I became a PhD student in the Department of Communication and Culture at IU after “retiring” from a career in Information Technology. IT was fine and the money was good but it didn’t give me the opportunity to grow intellectually. That said, IT work is still reasonably interesting to me and it has given me access to decent jobs around Bloomington when during the summer when my AI teaching stipend runs out.
This summer I have been working for the the Office of the Vice President for Diversity, Equity and Multicultural Affairs* (DEMA) doing some web maintenance and updating work. While doing so, I got know the folks over at the Hudson and Holland Scholars Program which is a program to help non-traditional and underrepresented minority students succeed in college. They offer tutoring, mentoring, special skills courses (for credit!), and a great community. One of their big events is a Diversity Leadership Conference which is targeted at helping get the URM students who attend not only through college but into positions of leadership in their fields and/or into graduate school. With luck, I will be leading one of the panel discussion/workshops at the conference this year (submitted a proposal and now we have to wait to see if it gets accepted).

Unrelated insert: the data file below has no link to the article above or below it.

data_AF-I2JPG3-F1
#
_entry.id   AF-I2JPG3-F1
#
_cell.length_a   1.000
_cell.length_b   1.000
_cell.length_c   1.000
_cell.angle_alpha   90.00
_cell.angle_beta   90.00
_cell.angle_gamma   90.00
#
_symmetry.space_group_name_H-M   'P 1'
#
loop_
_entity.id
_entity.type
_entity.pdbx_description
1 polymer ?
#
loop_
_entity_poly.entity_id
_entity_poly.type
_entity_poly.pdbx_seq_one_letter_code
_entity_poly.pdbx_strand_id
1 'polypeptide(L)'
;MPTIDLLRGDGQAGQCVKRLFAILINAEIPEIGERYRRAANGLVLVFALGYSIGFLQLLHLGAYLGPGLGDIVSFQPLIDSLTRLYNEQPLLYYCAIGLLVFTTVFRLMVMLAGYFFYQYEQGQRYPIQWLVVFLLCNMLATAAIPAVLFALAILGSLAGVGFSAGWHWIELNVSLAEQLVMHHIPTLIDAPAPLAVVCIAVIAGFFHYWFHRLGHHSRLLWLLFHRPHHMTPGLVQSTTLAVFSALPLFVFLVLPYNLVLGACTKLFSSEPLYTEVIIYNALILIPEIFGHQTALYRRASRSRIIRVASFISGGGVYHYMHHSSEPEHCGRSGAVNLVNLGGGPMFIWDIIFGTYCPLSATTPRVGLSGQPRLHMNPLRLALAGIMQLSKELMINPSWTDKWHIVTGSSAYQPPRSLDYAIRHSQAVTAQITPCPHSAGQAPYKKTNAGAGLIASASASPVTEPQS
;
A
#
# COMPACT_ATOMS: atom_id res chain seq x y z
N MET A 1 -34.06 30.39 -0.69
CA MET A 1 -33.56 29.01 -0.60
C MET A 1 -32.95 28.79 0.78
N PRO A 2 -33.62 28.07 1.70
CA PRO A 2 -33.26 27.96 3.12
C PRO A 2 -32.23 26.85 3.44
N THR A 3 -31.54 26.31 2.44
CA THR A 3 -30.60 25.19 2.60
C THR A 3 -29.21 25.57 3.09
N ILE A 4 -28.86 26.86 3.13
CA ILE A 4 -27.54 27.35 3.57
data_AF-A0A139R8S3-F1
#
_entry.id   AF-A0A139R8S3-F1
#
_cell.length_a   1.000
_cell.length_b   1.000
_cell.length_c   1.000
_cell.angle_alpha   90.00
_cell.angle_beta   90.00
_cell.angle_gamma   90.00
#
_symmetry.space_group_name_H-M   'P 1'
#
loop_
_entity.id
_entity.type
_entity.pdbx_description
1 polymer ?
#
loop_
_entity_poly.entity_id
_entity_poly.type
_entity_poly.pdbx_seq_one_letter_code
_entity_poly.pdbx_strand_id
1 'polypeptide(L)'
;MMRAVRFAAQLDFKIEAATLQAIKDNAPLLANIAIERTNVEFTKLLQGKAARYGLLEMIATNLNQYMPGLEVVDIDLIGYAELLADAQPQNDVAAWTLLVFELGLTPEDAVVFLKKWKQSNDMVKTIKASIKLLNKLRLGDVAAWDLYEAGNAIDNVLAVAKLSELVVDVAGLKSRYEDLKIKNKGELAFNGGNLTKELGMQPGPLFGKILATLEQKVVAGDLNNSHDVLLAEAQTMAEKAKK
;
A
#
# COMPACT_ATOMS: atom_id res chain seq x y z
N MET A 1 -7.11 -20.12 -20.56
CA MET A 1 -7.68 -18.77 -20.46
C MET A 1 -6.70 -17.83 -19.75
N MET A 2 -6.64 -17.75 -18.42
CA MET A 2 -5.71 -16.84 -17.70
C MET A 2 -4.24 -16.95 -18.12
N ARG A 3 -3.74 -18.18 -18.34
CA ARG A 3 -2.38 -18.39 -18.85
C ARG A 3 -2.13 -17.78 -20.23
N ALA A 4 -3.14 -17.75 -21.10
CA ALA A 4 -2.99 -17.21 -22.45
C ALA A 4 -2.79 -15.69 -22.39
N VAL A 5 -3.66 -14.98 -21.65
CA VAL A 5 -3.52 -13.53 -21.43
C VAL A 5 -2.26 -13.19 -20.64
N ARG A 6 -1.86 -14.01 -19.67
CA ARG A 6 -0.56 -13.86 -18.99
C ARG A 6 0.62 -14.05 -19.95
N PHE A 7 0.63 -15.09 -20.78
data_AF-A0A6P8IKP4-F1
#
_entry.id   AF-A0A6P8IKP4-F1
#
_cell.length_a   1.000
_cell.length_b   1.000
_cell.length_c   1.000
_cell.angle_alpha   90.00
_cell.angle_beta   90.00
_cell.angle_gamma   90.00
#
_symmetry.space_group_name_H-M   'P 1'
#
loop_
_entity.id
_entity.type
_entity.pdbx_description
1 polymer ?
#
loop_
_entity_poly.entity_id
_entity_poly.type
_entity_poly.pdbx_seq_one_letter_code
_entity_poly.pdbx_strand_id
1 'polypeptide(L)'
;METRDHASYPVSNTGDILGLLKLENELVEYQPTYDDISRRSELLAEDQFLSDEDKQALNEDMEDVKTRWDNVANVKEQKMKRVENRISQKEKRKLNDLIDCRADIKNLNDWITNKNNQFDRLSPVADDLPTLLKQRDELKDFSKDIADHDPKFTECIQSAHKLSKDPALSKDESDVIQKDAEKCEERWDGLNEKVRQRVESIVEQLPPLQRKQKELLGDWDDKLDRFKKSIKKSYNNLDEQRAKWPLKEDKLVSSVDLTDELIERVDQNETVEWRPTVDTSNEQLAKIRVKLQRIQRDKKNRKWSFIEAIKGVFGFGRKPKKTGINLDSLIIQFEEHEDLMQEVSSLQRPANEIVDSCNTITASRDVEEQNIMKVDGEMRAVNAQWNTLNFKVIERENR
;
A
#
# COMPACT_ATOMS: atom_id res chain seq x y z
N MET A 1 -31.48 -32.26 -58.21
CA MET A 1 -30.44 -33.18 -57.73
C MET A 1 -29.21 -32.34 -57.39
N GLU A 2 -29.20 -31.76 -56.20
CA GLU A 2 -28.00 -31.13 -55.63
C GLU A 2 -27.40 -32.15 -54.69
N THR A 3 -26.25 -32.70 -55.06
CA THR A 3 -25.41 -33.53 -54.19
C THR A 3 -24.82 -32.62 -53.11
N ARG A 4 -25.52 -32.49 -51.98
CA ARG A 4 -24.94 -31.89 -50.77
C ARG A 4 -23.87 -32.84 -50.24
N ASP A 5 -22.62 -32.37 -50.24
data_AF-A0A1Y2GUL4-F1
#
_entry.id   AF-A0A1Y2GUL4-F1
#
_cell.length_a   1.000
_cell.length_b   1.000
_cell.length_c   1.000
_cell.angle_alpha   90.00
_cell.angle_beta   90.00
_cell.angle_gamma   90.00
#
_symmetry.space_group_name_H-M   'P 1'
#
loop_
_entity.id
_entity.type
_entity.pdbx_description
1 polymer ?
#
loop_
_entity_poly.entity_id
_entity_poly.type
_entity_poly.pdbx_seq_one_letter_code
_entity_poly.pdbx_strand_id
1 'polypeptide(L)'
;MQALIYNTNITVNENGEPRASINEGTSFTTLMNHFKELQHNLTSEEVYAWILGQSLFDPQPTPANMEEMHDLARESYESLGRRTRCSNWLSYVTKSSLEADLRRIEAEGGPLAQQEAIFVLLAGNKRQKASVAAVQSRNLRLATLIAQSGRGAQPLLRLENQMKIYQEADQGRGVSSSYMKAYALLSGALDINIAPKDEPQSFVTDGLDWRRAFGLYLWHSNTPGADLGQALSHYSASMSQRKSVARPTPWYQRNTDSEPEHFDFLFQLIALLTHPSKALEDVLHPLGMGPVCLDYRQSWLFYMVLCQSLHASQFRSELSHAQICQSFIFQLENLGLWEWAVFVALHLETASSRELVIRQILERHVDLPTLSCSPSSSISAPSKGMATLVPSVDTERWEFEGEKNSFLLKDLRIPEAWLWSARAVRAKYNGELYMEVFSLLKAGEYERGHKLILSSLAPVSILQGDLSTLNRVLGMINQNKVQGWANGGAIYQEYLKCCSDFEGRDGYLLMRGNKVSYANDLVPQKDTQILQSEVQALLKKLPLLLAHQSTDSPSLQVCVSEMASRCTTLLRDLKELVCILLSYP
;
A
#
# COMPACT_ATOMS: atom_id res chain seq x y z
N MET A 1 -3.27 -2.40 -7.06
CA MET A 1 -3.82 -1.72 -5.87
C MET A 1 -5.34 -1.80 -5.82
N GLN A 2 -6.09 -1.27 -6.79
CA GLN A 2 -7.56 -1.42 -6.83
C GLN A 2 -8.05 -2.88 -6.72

Even though DEMA programs like the HHSP are directed specifically at undergraduate students, they create a great community of URM scholars on campus. HHSP gives people of color greater visibility on campus and creates a supportive community that has makes the campus more hospitable for graduate students as well. Working for DEMA has been more than just a way to get some extra cash (something all graduate students need!) but it has made me feel more a part of the community of URM scholars on campus.
It has also been a good lesson in networking: I found out about the job opening in DEMA through the Graduate Student Diversity mailing list. Getting involved with the UGS Diversity group opened up a side of IU I hadn’t really known about before. Finally, it’s a reminder not to forget about the (non-academic)skills you are bringing with you to graduate school. My PhD program has nothing to do with server maintenance, web development, or coding but it’s still a great way to make money as well as make in-roads into new parts of the campus.
*- I always try to write their name with a serial comma.